In Chapter 6 an entirely different approach to prepare PEC membranes was taken where instead of pH, salt was used as the driving force for complexation. Here, a mixture solution of two oppositely charged strong polyelectrolytes i.e. PSS as polyanion and poly(diallyldimethylammonium chloride) (PDADMAC) as polycation, was prepared at high salt concentrations where the charges are screened. The solution is then cast as thin film and immersed in deionized water where the salt diffuses out of the solution leading to polyelectrolyte complexation and subsequent phase separation. Asymmetric nanofiltration membranes having MWCO of <300 Da with dense top layers and porous support were prepared via this approach. The effect of various parameters such as the molecular weights of the polyelectrolytes, the polymer solution concentration, and the bath salinity were investigated in detail. It was found that the salinity of the coagulation bath is a critical parameter that determines the rate of precipitation and the resulting thickness of the separation layer. The foremost advantage of this salt-induced APS is that it does not rely on changes in pH at all while producing sustainable nanofiltration type membranes.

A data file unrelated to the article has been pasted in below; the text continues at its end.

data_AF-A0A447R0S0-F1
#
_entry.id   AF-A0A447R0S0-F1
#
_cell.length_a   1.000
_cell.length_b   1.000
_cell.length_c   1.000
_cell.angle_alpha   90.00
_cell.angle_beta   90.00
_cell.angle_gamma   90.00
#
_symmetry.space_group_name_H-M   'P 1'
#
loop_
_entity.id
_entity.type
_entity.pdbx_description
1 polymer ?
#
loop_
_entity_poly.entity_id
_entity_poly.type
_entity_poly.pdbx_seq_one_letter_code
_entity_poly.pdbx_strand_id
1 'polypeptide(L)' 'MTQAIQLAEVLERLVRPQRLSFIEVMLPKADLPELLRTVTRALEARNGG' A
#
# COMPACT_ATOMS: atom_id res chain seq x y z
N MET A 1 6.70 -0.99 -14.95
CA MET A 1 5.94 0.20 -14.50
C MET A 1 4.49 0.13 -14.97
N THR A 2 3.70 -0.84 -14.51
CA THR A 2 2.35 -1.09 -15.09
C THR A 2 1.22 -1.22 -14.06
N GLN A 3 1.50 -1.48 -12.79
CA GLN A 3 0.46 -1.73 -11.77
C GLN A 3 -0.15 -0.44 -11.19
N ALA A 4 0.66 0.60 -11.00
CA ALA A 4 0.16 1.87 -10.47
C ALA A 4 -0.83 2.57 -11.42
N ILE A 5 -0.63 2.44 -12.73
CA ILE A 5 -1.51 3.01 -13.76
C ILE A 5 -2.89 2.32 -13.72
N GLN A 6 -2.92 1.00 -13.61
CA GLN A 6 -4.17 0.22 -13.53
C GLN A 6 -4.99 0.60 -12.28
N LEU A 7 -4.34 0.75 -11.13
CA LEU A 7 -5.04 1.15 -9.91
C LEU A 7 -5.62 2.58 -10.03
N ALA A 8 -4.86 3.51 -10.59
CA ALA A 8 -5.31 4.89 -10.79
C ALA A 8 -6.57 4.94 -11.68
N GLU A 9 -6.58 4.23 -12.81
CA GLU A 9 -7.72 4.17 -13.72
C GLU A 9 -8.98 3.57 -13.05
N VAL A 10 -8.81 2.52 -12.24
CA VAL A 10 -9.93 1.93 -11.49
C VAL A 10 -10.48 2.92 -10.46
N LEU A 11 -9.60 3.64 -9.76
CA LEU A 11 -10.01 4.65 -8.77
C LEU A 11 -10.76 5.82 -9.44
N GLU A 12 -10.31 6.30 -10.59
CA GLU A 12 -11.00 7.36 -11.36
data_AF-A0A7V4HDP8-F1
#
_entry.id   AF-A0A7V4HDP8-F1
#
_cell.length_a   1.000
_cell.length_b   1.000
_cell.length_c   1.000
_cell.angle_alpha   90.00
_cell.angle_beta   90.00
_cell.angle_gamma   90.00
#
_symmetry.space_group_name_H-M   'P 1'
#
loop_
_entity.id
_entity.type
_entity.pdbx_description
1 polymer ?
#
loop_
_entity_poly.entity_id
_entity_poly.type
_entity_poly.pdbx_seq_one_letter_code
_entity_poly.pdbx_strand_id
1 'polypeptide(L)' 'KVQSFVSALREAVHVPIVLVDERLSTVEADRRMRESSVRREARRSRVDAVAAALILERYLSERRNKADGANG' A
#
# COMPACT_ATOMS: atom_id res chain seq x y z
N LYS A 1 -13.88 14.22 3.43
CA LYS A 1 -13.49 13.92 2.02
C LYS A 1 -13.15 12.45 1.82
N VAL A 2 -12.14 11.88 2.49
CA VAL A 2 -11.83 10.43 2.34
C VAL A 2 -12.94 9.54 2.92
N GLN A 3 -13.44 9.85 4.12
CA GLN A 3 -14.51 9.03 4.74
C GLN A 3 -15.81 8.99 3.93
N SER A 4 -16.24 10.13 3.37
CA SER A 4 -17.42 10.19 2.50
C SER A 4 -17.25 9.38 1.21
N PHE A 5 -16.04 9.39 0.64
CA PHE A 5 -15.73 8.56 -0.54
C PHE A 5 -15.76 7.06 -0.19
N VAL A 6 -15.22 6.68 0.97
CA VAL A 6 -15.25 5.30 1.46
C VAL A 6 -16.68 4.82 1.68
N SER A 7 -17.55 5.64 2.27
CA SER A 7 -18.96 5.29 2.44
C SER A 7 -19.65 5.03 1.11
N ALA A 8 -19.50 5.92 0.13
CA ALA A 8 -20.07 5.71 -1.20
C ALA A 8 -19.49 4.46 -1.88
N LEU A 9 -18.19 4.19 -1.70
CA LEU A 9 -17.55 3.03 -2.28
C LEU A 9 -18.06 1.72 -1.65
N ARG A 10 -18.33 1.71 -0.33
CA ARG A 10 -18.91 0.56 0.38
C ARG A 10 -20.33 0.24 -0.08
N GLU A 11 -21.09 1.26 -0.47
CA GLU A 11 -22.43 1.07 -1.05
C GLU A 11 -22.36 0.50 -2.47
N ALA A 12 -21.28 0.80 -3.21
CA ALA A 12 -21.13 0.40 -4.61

In all described chapters above we described producing flat sheet sustainable membranes via the APS technique. An important step to further establish the versatility of APS lies in the production of hollow fiber (HF) membranes.

    In Chapter 7 we showed that PSS-PEI based hollow fiber membranes can indeed be prepared via the APS technique. HF membranes for micro- and ultrafiltration applications were prepared by carefully tuning the fiber spinning conditions. This approach opens up a world of possibilities for APS membranes where also other polyelectrolyte systems such as the PSS-PAH and PSS-PDADMAC systems could be used for the production of excellent HF membranes. Additionally, efforts could also be devoted to studying other potential polyelectrolyte pairs to develop APS membranes for specific applications which will be discussed later in the coming sections.